Sign up ×
Stack Overflow is a question and answer site for professional and enthusiast programmers. It's 100% free.

I'd like to generate documentation via reST, but don't want to write the reST source manually, but let a python script do that and then produce other formats (HTML, PDF) with sphinx.

Imagine I have a telephone book in binary format. Now I use a python script to parse this and generate a document with all the names and numbers:

  phone_book = PhonebookParser("somefile.bin")

  restdoc = restProducer.NewDocument()
  for entry in phone_book:
    restdoc.add_section( title =, body = entry.number )


Then I would go on to invoke sphinx for generating pdf and html:

  > sphinx phonebook.rst -o phonebook.pdf
  > sphinx phonebook.rst -o phonebook.html

Is there a python module (aka restProducer in the example above) that offers an API for generating reST? Or is the best way to just dump reST markup via a couple of print statements?

share|improve this question
Can you explain what format you'd like to generate the reST format from? –  Mark Hildreth Mar 13 '11 at 22:02
Basically from internal state of the program. I have got some hashes and lists and now it would like to iterate thru these and maybe generate a section in a document for each entry in these data structures. –  dantje Mar 15 '11 at 5:40

3 Answers 3

up vote 4 down vote accepted
  1. See Automatically Generating Documentation for All Python Package Contents.

  2. The upcoming Sphinx 1.1 release includes a script.


Now that you have explained the problem a bit more, I'd say: go for the "dump reST markup via a couple of print statements" option. You seem to be thinking along those lines already. Why not try to implement a minimalistic restProducer?

share|improve this answer
It is not a python module or package I'd like to document. The python script just has some knowledge it should format into a reST source. –  dantje Mar 13 '11 at 21:46
@dantje: where does the "knowledge" come from? –  mzjn Mar 14 '11 at 15:57
The application reads other files, parses them and should then produce a documentation. –  dantje Mar 15 '11 at 5:38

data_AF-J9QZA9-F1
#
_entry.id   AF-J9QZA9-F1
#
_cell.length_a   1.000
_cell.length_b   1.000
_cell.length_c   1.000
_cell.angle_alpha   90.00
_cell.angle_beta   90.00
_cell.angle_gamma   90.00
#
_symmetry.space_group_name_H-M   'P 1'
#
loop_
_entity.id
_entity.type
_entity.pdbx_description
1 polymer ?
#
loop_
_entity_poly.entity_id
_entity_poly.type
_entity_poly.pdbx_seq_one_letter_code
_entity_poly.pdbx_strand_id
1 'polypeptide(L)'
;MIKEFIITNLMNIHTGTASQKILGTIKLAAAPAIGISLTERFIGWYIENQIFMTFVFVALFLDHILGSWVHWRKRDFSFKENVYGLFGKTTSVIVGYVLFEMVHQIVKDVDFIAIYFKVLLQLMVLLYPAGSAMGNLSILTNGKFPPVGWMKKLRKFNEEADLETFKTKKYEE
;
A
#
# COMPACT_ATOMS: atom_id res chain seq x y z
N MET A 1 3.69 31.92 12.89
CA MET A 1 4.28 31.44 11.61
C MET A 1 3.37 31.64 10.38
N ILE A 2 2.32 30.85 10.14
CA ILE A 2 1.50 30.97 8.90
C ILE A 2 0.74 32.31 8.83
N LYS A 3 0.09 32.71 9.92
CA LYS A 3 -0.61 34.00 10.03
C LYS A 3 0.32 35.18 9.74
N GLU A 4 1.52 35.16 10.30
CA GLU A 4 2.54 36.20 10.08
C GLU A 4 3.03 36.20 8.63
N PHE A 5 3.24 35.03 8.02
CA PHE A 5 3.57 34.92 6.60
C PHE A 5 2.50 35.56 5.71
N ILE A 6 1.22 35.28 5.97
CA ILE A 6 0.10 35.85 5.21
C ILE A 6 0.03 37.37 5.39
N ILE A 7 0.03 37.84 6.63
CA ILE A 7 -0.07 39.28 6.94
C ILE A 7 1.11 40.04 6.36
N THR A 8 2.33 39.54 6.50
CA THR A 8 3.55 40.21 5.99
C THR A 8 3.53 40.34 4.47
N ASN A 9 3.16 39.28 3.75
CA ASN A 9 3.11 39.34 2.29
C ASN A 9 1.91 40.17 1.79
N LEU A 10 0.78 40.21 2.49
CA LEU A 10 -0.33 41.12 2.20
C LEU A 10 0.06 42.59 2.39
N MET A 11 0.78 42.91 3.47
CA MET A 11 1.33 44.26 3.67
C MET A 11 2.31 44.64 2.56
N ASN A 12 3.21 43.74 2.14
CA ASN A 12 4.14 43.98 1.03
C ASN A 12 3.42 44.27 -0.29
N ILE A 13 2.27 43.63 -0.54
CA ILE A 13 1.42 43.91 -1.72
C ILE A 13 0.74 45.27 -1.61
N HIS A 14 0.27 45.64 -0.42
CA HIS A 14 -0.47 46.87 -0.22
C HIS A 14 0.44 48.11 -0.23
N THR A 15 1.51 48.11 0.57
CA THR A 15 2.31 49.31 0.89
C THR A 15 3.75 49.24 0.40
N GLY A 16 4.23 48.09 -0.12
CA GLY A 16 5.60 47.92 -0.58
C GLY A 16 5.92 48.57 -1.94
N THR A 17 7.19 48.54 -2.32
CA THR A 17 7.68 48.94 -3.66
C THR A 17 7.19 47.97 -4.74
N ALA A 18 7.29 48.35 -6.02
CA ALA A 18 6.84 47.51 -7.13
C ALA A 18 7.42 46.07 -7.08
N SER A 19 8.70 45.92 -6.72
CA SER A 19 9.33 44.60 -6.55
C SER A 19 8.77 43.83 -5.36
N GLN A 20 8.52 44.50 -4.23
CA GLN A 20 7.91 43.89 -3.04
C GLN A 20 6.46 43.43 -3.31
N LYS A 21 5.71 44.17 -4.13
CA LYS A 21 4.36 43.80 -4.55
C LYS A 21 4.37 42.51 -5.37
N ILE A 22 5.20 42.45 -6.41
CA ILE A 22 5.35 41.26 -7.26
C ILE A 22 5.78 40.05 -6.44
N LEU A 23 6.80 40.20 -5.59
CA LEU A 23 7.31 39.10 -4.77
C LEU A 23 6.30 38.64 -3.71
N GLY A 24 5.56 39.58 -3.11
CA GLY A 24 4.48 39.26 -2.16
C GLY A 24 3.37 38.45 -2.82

I'm not entirely familiar with the inner workings of Sphinx, but it looks like it uses another library, "docutils" (, to help with parsing from the reST. You can take a look at that library and see what it's doing. –  Mark Hildreth Mar 15 '11 at 18:58
I'll try to implement a restProducer myself and make use of a templating engine like jinja2. –  dantje Mar 17 '11 at 21:22

If you want docs-without-writing-docs (which will at best give you an API reference rather than real docs), then the autosummary and autodoc extensions for Sphinx may be what you're after.

share|improve this answer

If your purpose is to programmatically compose the document once, and be able to output in multiple formats, you could have a look at QTextDocument in PyQt Framework. It is an overkill, though.

from PyQt4.QtGui import *
import sys

doc = QTextDocument()
cur = QTextCursor(doc)

d_font = QFont('Times New Roman')

table_fmt = QTextTableFormat()
    QTextLength(QTextLength.PercentageLength, 30),
    QTextLength(QTextLength.PercentageLength, 70)
table = cur.insertTable(5,2, table_fmt)
cur.insertText('sample text 1')
cur.insertText('sample text 2')

# Print to a pdf file
# QPrinter: Must construct a QApplication before a QPaintDevice
app = QApplication(sys.argv)
printer = QPrinter(QPrinter.HighResolution)

# Save to file
writer = QTextDocumentWriter()

QTextDocumentWriter supports plaintext, html and ODF. QPrinter can be used to print to a physical printer or to a PDF file.

However, templating engines like Jinja2 as you mentioned is a neater way to do it.

share|improve this answer

Your Answer


By posting your answer, you agree to the privacy policy and terms of service.

Not the answer you're looking for? Browse other questions tagged or ask your own question.